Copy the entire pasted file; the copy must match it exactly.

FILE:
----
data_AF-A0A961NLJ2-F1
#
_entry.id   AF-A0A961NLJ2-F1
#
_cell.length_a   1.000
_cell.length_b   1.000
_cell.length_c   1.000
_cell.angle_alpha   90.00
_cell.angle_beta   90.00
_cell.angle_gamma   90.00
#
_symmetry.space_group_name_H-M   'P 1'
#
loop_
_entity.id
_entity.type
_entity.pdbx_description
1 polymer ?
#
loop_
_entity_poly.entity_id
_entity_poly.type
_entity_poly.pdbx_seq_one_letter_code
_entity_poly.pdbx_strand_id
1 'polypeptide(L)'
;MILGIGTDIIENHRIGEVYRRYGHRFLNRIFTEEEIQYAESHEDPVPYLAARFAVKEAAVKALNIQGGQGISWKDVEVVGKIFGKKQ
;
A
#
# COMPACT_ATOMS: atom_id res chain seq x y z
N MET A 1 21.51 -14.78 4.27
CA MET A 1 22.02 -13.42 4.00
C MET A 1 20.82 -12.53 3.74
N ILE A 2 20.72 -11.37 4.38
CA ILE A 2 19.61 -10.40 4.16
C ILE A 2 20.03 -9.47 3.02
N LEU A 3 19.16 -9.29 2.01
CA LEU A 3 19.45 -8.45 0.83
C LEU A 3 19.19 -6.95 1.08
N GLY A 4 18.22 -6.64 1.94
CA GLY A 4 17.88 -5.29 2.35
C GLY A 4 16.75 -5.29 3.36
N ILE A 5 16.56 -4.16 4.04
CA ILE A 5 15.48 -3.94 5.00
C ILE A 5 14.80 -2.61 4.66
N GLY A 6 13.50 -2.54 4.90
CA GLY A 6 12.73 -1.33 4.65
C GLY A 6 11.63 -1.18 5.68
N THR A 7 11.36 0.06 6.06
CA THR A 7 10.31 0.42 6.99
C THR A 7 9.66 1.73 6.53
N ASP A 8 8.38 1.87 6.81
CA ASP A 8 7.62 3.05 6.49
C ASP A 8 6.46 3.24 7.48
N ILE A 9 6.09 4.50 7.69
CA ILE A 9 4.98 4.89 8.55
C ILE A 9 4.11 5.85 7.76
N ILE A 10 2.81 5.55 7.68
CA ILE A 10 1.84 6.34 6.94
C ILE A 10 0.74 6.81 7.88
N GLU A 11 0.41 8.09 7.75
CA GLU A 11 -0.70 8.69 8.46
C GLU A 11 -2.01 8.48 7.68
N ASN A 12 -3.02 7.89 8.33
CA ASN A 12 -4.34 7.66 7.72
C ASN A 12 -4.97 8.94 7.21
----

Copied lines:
data_AF-A0A961NLJ2-F1
#
_entry.id   AF-A0A961NLJ2-F1
#
_cell.length_a   1.000
_cell.length_b   1.000
_cell.length_c   1.000
_cell.angle_alpha   90.00
_cell.angle_beta   90.00
_cell.angle_gamma   90.00
#
_symmetry.space_group_name_H-M   'P 1'
#
loop_
_entity.id
_entity.type
_entity.pdbx_description
1 polymer ?
#
loop_
_entity_poly.entity_id
_entity_poly.type
_entity_poly.pdbx_seq_one_letter_code
_entity_poly.pdbx_strand_id
1 'polypeptide(L)'
;MILGIGTDIIENHRIGEVYRRYGHRFLNRIFTEEEIQYAESHEDPVPYLAARFAVKEAAVKALNIQGGQGISWKDVEVVGKIFGKKQ
;
A
#
# COMPACT_ATOMS: atom_id res chain seq x y z
N MET A 1 21.51 -14.78 4.27
CA MET A 1 22.02 -13.42 4.00
C MET A 1 20.82 -12.53 3.74
N ILE A 2 20.72 -11.37 4.38
CA ILE A 2 19.61 -10.40 4.16
C ILE A 2 20.03 -9.47 3.02
N LEU A 3 19.16 -9.29 2.01
CA LEU A 3 19.45 -8.45 0.83
C LEU A 3 19.19 -6.95 1.08
N GLY A 4 18.22 -6.64 1.94
CA GLY A 4 17.88 -5.29 2.35
C GLY A 4 16.75 -5.29 3.36
N ILE A 5 16.56 -4.16 4.04
CA ILE A 5 15.48 -3.94 5.00
C ILE A 5 14.80 -2.61 4.66
N GLY A 6 13.50 -2.54 4.90
CA GLY A 6 12.73 -1.33 4.65
C GLY A 6 11.63 -1.18 5.68
N THR A 7 11.36 0.06 6.06
CA THR A 7 10.31 0.42 6.99
C THR A 7 9.66 1.73 6.53
N ASP A 8 8.38 1.87 6.81
CA ASP A 8 7.62 3.05 6.49
C ASP A 8 6.46 3.24 7.48
N ILE A 9 6.09 4.50 7.69
CA ILE A 9 4.98 4.89 8.55
C ILE A 9 4.11 5.85 7.76
N ILE A 10 2.81 5.55 7.68
CA ILE A 10 1.84 6.34 6.94
C ILE A 10 0.74 6.81 7.88
N GLU A 11 0.41 8.09 7.75
CA GLU A 11 -0.70 8.69 8.46
C GLU A 11 -2.01 8.48 7.68
N ASN A 12 -3.02 7.89 8.33
CA ASN A 12 -4.34 7.66 7.72
C ASN A 12 -4.97 8.94 7.21